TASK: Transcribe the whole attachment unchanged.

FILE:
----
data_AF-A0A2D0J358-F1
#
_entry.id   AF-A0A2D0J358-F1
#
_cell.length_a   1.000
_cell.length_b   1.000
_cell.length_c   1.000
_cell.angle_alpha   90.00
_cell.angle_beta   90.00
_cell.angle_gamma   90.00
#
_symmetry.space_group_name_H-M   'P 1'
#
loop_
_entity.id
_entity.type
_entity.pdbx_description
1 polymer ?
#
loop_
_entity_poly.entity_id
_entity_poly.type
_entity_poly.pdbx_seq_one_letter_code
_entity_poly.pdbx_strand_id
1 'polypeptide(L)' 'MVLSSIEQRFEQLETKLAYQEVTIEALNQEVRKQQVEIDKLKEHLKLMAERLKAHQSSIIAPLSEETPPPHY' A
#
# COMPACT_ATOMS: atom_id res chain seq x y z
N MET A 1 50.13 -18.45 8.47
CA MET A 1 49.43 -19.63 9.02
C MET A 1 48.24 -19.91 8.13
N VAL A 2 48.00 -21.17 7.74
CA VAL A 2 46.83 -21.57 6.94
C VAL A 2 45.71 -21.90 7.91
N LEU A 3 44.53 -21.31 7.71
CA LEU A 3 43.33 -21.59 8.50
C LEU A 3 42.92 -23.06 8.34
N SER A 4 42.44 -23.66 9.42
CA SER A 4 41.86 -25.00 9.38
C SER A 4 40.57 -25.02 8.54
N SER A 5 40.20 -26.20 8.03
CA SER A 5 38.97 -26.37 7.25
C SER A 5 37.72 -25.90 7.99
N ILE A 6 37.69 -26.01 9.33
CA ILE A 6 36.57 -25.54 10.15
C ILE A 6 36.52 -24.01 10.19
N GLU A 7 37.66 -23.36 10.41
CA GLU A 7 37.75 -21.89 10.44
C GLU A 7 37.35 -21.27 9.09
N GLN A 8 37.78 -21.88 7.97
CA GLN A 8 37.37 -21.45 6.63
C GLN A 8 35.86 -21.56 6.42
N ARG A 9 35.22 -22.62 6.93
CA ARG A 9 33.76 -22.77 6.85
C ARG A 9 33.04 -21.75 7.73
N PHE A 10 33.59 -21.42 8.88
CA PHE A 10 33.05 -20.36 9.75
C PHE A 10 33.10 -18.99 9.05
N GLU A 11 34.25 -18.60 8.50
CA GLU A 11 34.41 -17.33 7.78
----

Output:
data_AF-A0A2D0J358-F1
#
_entry.id   AF-A0A2D0J358-F1
#
_cell.length_a   1.000
_cell.length_b   1.000
_cell.length_c   1.000
_cell.angle_alpha   90.00
_cell.angle_beta   90.00
_cell.angle_gamma   90.00
#
_symmetry.space_group_name_H-M   'P 1'
#
loop_
_entity.id
_entity.type
_entity.pdbx_description
1 polymer ?
#
loop_
_entity_poly.entity_id
_entity_poly.type
_entity_poly.pdbx_seq_one_letter_code
_entity_poly.pdbx_strand_id
1 'polypeptide(L)' 'MVLSSIEQRFEQLETKLAYQEVTIEALNQEVRKQQVEIDKLKEHLKLMAERLKAHQSSIIAPLSEETPPPHY' A
#
# COMPACT_ATOMS: atom_id res chain seq x y z
N MET A 1 50.13 -18.45 8.47
CA MET A 1 49.43 -19.63 9.02
C MET A 1 48.24 -19.91 8.13
N VAL A 2 48.00 -21.17 7.74
CA VAL A 2 46.83 -21.57 6.94
C VAL A 2 45.71 -21.90 7.91
N LEU A 3 44.53 -21.31 7.71
CA LEU A 3 43.33 -21.59 8.50
C LEU A 3 42.92 -23.06 8.34
N SER A 4 42.44 -23.66 9.42
CA SER A 4 41.86 -25.00 9.38
C SER A 4 40.57 -25.02 8.54
N SER A 5 40.20 -26.20 8.03
CA SER A 5 38.97 -26.37 7.25
C SER A 5 37.72 -25.90 7.99
N ILE A 6 37.69 -26.01 9.33
CA ILE A 6 36.57 -25.54 10.15
C ILE A 6 36.52 -24.01 10.19
N GLU A 7 37.66 -23.36 10.41
CA GLU A 7 37.75 -21.89 10.44
C GLU A 7 37.35 -21.27 9.09
N GLN A 8 37.78 -21.88 7.97
CA GLN A 8 37.37 -21.45 6.63
C GLN A 8 35.86 -21.56 6.42
N ARG A 9 35.22 -22.62 6.93
CA ARG A 9 33.76 -22.77 6.85
C ARG A 9 33.04 -21.75 7.73
N PHE A 10 33.59 -21.42 8.88
CA PHE A 10 33.05 -20.36 9.75
C PHE A 10 33.10 -18.99 9.05
N GLU A 11 34.25 -18.60 8.50
CA GLU A 11 34.41 -17.33 7.78